A bit of the Bard: A Midsummer Night’s Dream was the first play in the Bermuda Festival of the Performing Arts’ inaugural Shakespeare On The Rock Series
A Midsummer Night’s Dream forms part of an outreach programme created by the Bermuda Festival of the Performing Arts to familiarise youngsters with the works of Shakespeare.
Accordingly, the enthusiastic audience in Saturday’s matinee performance, directed by Helen Tennison, was largely composed of high school students.
The production was quite marvellous, played on a minimalist set with strikingly original music.
Dances were Bollywood style with unfussy, yet effective costumes and dreamlike magical sequences to punctuate the story.
James Burton (Theseus, duke of Athens and Oberon, king of the fairies) and his female counterpart in both roles, Kudzanayi Chiwawa (Hippolyta, queen of the amazons and Titania, queen of the fairies) formed the anchor of the play around which the many subplots revolved.
Paul Sockett as Demetrius, George Oliver as Lysander, Susan Hingly as Hermia and Hannah Brackstone-Brown as Helena all energised their roles with an intense physicality and completely believable sensibility.
Filip Krenus’s Bottom morphed beautifully into the great ancestral coarse acting role of Pyramus in the “play within the play”, complete with an absurdly interminable death scene commented on by Burton and Chiwawa, who were occupying the governor’s box in the theatre.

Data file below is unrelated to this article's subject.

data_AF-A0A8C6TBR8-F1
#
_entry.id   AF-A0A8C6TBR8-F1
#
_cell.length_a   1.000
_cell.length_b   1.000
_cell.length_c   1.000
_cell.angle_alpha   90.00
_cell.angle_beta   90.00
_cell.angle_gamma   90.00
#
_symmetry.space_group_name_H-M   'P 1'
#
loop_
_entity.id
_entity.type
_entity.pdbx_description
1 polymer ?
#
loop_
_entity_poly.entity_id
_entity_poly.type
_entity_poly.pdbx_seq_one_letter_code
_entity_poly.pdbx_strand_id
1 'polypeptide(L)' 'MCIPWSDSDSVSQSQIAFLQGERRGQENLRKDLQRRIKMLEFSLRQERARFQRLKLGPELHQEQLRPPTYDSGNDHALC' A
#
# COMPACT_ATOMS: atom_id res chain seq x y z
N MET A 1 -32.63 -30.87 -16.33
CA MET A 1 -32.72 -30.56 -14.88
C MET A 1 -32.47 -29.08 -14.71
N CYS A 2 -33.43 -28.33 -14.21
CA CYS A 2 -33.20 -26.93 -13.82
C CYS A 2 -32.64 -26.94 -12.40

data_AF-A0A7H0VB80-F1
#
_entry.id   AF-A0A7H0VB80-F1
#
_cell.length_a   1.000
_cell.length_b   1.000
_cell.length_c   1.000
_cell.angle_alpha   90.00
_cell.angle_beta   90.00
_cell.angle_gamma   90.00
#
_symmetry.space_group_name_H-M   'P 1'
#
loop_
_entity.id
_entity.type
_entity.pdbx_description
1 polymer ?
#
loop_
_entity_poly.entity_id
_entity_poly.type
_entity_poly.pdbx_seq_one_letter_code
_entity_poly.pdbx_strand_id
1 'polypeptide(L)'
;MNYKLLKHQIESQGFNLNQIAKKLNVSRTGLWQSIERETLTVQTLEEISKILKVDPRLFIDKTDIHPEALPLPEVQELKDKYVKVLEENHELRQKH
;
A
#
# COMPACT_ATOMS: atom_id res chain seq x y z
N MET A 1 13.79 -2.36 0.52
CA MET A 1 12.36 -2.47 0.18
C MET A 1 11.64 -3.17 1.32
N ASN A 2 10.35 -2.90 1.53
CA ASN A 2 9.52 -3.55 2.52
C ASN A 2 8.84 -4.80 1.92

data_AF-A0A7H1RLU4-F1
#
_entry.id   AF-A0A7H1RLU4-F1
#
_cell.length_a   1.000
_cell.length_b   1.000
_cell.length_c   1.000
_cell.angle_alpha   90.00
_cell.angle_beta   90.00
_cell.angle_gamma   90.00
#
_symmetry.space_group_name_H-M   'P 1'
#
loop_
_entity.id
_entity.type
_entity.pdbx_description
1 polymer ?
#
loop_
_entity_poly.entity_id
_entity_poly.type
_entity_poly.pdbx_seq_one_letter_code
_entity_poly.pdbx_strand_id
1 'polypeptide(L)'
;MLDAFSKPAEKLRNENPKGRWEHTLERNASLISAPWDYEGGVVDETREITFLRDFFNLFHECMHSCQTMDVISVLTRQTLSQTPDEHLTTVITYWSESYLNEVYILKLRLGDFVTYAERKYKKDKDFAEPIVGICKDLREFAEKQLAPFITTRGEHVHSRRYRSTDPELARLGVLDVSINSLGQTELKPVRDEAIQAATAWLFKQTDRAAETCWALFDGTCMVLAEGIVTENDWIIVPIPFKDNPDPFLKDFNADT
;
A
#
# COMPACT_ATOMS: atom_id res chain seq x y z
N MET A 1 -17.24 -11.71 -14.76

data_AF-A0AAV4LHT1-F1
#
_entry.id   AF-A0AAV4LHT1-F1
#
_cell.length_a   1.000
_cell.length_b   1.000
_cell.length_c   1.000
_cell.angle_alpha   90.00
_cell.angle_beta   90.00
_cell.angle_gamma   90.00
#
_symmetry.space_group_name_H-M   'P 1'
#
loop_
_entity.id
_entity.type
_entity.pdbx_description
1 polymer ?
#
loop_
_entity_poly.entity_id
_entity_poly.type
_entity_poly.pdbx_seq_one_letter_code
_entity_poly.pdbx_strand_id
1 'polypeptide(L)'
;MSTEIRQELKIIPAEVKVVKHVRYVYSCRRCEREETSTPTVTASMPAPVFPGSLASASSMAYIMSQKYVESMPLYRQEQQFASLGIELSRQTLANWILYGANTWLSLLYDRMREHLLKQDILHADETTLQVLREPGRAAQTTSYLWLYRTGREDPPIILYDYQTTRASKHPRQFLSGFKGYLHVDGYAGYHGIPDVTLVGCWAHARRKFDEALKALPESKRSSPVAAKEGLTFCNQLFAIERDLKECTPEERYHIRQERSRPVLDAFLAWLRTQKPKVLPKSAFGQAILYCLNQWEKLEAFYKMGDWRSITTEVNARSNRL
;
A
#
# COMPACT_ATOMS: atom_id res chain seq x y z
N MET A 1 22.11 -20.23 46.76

Sheetal Kapoor as Puck captivated us with subtle, sly, ironic humour backed with huge, almost preternatural physical energy. Her singing and dancing was in the Indian Kathak style, with authentic intonation and subtle movements.
My only niggles with this wonderful production were first, the fog machine for supernatural or fairy entrances was a bit overused — one almost expected Valkyries to enter stage left rather than Oberon — and the fog did spill into the audience where it stuck in the throat.
And second, the impressionistic costume change for Bottom as donkey was not noticeable to some of the audience who, like me, expected the full traditional panto headworks, something which makes Titania’s infatuation all the more ludicrous.
But this is minor. We all enjoyed this show which marks a triumphant return for Shakespeare to the Festival.